Tether (USDT) is a popular stablecoin that has been used by crypto enthusiasts for years to leverage cryptocurrency trading.
USDT is pegged to the US dollar and, in theory, should be immune to market volatility that can dramatically affect the valuation of other cryptocurrencies such as Bitcoin.
Tether is a stablecoin
Tether aims to provide a “safe” digital asset that maintains a stable valuation. That is what makes USDC a stablecoin, whose value is pegged to the price of the US dollar. The goal is for the tether to always maintain the same value as the peg.
Steve Bumbera, Chief Operating Officer of Many Worlds Token, said, “The idea is that one Tether can always trade for $1 regardless of market conditions.
Tether’s stablecoin competitors include USD Coin (USDC), Dai (DAI) and Pax Dollar (USDP).
Cryptocurrency traders use Tether to provide stable and reliable liquidity, allowing them to enter and exit other cryptocurrency transactions without facing unpredictable losses (or gains) due to volatile price fluctuations.
At the time of this writing, Tether had a 24-hour trading volume of $58 billion (£47 billion). This makes Tether the most liquid cryptocurrency, even surpassing crypto market heavyweights Bitcoin (BTC) and Ethereum (ETH). Also, he is one of the top 3 cryptocurrencies by market capitalization.
How does Tether work?
When a user deposits fiat into Tether’s reserves, sells fiat and buys USDT, Tether will issue the corresponding digital amount in tokens. You can then send, store, or exchange your USDT.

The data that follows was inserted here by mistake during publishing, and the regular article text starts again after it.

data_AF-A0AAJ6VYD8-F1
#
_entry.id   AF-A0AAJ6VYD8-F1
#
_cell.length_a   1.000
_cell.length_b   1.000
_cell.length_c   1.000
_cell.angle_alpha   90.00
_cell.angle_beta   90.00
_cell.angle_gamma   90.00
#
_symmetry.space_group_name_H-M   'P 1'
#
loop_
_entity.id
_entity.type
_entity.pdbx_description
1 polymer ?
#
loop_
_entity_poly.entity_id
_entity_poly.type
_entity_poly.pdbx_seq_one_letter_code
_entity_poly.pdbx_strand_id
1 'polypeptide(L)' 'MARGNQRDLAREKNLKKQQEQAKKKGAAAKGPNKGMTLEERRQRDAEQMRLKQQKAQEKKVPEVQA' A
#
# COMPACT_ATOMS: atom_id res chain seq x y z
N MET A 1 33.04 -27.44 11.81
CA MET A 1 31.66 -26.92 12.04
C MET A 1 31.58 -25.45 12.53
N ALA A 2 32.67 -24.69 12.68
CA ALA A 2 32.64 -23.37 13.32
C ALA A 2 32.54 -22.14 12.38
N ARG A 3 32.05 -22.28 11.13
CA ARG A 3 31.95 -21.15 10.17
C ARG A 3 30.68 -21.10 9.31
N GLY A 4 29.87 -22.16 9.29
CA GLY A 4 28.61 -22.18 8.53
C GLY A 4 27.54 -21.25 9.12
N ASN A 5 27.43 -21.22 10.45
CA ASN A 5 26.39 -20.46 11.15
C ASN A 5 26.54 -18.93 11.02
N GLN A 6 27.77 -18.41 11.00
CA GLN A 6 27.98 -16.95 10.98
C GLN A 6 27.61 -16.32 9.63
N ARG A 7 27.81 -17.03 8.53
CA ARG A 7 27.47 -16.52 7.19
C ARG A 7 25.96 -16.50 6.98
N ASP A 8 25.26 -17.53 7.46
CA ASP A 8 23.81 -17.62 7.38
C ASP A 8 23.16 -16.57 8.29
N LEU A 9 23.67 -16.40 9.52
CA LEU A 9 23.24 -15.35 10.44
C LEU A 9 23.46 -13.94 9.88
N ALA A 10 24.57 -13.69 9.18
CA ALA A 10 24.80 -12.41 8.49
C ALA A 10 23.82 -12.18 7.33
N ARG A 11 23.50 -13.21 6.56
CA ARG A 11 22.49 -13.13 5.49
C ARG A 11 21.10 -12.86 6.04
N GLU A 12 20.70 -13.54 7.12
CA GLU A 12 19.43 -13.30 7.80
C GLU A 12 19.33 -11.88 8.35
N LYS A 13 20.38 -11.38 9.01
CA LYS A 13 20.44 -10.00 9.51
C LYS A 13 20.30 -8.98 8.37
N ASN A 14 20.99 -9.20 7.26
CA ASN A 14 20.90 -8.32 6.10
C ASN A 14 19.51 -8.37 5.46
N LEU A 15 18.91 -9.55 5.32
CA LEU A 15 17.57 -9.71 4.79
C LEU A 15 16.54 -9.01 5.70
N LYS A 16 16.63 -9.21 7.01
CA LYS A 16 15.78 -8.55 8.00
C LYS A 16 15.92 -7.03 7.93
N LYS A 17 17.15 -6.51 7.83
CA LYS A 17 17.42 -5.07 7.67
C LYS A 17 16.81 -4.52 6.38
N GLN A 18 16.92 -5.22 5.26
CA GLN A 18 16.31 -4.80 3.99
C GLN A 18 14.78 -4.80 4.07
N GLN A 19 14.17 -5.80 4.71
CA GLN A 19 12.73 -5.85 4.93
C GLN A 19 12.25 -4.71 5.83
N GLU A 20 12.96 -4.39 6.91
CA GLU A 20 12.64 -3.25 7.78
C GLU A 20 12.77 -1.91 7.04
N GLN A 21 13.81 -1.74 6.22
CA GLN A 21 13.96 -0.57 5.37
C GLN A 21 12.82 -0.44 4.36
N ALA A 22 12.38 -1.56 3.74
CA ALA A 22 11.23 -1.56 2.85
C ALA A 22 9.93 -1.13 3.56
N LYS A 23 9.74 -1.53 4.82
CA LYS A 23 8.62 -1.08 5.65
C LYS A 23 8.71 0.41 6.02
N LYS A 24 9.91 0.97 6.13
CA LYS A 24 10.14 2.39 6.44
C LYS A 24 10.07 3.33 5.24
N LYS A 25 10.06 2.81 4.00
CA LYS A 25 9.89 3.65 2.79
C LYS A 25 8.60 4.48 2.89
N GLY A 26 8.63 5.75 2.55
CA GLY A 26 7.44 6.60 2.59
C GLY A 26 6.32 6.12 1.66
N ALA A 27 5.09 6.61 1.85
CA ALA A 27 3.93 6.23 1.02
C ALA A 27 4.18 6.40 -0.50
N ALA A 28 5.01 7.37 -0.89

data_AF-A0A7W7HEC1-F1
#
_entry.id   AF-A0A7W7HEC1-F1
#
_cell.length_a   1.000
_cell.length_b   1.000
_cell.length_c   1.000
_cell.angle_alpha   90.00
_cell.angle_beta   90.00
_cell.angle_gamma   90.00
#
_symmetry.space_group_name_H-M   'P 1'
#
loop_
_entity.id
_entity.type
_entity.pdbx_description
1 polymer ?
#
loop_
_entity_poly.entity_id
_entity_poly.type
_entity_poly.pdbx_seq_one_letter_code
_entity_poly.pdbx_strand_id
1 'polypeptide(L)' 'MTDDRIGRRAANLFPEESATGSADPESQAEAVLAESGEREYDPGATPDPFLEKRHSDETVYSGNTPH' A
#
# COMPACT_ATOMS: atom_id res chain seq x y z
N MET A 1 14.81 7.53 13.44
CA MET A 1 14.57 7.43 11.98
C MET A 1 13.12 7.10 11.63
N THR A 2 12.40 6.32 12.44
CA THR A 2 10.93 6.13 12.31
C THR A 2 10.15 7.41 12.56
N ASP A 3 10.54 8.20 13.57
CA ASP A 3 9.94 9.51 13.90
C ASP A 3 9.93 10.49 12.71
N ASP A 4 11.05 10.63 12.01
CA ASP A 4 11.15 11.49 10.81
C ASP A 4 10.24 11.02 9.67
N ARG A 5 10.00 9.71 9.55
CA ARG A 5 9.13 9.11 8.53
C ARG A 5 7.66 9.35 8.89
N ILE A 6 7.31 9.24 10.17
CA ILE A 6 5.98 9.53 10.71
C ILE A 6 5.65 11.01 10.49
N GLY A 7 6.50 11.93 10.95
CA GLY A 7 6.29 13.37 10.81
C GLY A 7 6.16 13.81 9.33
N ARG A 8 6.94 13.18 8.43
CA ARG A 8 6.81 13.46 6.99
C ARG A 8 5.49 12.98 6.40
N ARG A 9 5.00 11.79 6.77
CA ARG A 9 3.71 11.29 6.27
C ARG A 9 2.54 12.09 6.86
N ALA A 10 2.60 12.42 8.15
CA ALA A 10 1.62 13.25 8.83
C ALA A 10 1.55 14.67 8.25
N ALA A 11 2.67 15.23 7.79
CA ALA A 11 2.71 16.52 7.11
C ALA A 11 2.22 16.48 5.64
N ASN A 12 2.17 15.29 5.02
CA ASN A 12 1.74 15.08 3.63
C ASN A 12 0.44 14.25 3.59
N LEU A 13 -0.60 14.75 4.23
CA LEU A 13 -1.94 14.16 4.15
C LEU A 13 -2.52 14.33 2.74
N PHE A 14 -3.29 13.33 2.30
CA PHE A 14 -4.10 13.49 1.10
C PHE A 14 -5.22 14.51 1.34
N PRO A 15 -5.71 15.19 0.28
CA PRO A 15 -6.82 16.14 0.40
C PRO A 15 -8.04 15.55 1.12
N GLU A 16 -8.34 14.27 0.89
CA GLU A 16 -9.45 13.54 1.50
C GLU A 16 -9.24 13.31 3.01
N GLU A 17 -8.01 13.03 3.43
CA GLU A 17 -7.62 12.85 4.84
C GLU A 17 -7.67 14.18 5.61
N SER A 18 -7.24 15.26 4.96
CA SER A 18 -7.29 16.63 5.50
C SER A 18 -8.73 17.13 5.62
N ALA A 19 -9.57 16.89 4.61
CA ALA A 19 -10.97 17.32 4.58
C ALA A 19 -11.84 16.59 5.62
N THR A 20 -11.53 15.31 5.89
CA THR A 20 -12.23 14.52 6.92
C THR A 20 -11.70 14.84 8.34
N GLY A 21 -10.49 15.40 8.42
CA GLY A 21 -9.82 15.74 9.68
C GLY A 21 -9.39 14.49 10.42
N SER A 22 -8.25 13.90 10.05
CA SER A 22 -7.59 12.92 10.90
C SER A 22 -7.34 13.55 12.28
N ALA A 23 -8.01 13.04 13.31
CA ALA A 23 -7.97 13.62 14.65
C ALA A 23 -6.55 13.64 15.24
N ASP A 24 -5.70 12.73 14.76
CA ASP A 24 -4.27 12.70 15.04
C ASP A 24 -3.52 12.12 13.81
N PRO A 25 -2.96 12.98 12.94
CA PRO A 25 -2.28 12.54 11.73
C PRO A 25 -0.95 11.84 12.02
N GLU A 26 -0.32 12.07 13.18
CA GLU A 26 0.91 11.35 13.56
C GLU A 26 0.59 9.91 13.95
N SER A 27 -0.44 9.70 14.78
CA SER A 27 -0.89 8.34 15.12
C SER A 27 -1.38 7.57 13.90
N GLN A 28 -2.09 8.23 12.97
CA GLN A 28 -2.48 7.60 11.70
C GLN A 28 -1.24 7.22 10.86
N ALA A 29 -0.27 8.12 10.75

When a user deposits $100 (£80) into the Tether Reserve, they will receive 100 Tether tokens, subject to 1:1 dollar parity. Tethercoins are destroyed and removed from circulation when users redeem their tokens for fiat currency.
Tether, like many other digital currencies, travels across blockchains. There are Tether tokens available on various blockchains such as Ethereum (ETH) and TRON (TRX), as well as Bitcoin platforms Omni and Liquid.
A Brief History of Tether
Tether’s roots go back ten years, when JR Willet was trying to build a new cryptocurrency on the Bitcoin protocol. Willet implemented this idea with his Mastercoin and one of the original members of his team in 2014 he became the co-founder of Tether.
When Tether was added to the BitFinex exchange in January 2015, we started using Tether for liquidity.
How is Tether backed?
Despite stablecoins being a popular choice among crypto traders, Tether has liquidity issues and whether its reserves are sufficient to cover the number of USDT tokens in circulation. There is some additional controversy about
According to Tether’s website in 2019, the site claimed that the stablecoin was backed by a reserve of conventional currency and cash equivalents (and sometimes other assets from related parties).
This is a little more detailed than what is quoted today. Currently, Tether’s site states that “All Tether tokens are pegged 1:1 with their corresponding fiat currency and are 100% backed by Tether’s reserves.”
Adam Carlton, CEO of cryptocurrency wallet Pink Panda, says Tether’s history of being transparent about how its coins are backed has not always been clear or consistent. increase.
“It has a very dubious legal past and to this day its actual reserves remain highly opaque and are believed to consist of commercial papers of substantially unknown origin,” Carlton said. says.
Other crypto pundits say there is some acceptance that Tether is not “fully” collateralized in the crypto market. And it became the subject of controversy over a year ago.
James Putra, Vice President of Product Strategy at TradeStation Crypto, said:
Tether vs. TerraUSD
Tether and TerraUSD (UST) are both USD-pegged stablecoins, but the two cryptos maintain their value in very different ways.